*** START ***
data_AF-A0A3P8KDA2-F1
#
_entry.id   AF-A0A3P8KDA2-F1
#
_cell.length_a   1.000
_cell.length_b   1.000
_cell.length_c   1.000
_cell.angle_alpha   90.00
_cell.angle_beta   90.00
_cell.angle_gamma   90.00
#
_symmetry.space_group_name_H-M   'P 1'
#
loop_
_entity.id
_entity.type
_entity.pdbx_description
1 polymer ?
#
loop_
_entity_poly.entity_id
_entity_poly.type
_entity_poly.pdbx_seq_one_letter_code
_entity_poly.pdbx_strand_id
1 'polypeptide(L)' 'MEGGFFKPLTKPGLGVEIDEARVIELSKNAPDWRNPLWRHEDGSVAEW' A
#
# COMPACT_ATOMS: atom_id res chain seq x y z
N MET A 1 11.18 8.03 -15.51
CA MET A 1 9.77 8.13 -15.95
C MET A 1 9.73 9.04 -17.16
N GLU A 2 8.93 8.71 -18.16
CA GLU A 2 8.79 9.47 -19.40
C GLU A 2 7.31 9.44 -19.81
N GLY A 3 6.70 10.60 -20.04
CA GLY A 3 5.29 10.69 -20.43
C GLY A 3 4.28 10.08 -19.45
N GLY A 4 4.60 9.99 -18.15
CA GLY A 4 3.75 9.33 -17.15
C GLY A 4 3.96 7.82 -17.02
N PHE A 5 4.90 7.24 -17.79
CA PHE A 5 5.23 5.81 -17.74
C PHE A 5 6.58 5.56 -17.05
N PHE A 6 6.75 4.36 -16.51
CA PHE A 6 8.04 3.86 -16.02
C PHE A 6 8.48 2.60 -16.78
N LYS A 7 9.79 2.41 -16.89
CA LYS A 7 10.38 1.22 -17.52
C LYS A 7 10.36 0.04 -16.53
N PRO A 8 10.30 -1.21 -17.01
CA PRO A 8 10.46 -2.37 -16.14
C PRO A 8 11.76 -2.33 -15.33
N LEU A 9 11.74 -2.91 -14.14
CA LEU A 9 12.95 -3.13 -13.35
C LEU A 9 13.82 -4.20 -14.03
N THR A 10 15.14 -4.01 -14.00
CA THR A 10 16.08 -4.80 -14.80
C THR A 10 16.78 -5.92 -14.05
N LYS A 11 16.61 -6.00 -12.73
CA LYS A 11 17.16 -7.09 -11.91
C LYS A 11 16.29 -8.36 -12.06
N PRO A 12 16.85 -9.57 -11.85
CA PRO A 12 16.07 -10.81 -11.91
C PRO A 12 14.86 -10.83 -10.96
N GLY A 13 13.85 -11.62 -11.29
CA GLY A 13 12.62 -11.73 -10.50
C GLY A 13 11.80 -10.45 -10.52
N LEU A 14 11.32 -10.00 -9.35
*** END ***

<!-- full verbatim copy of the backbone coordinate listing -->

data_AF-A0A3P8KDA2-F1
#
_entry.id   AF-A0A3P8KDA2-F1
#
_cell.length_a   1.000
_cell.length_b   1.000
_cell.length_c   1.000
_cell.angle_alpha   90.00
_cell.angle_beta   90.00
_cell.angle_gamma   90.00
#
_symmetry.space_group_name_H-M   'P 1'
#
loop_
_entity.id
_entity.type
_entity.pdbx_description
1 polymer ?
#
loop_
_entity_poly.entity_id
_entity_poly.type
_entity_poly.pdbx_seq_one_letter_code
_entity_poly.pdbx_strand_id
1 'polypeptide(L)' 'MEGGFFKPLTKPGLGVEIDEARVIELSKNAPDWRNPLWRHEDGSVAEW' A
#
# COMPACT_ATOMS: atom_id res chain seq x y z
N MET A 1 11.18 8.03 -15.51
CA MET A 1 9.77 8.13 -15.95
C MET A 1 9.73 9.04 -17.16
N GLU A 2 8.93 8.71 -18.16
CA GLU A 2 8.79 9.47 -19.40
C GLU A 2 7.31 9.44 -19.81
N GLY A 3 6.70 10.60 -20.04
CA GLY A 3 5.29 10.69 -20.43
C GLY A 3 4.28 10.08 -19.45
N GLY A 4 4.60 9.99 -18.15
CA GLY A 4 3.75 9.33 -17.15
C GLY A 4 3.96 7.82 -17.02
N PHE A 5 4.90 7.24 -17.79
CA PHE A 5 5.23 5.81 -17.74
C PHE A 5 6.58 5.56 -17.05
N PHE A 6 6.75 4.36 -16.51
CA PHE A 6 8.04 3.86 -16.02
C PHE A 6 8.48 2.60 -16.78
N LYS A 7 9.79 2.41 -16.89
CA LYS A 7 10.38 1.22 -17.52
C LYS A 7 10.36 0.04 -16.53
N PRO A 8 10.30 -1.21 -17.01
CA PRO A 8 10.46 -2.37 -16.14
C PRO A 8 11.76 -2.33 -15.33
N LEU A 9 11.74 -2.91 -14.14
CA LEU A 9 12.95 -3.13 -13.35
C LEU A 9 13.82 -4.20 -14.03
N THR A 10 15.14 -4.01 -14.00
CA THR A 10 16.08 -4.80 -14.80
C THR A 10 16.78 -5.92 -14.05
N LYS A 11 16.61 -6.00 -12.73
CA LYS A 11 17.16 -7.09 -11.91
C LYS A 11 16.29 -8.36 -12.06
N PRO A 12 16.85 -9.57 -11.85
CA PRO A 12 16.07 -10.81 -11.91
C PRO A 12 14.86 -10.83 -10.96
N GLY A 13 13.85 -11.62 -11.29
CA GLY A 13 12.62 -11.73 -10.50
C GLY A 13 11.80 -10.45 -10.52
N LEU A 14 11.32 -10.00 -9.35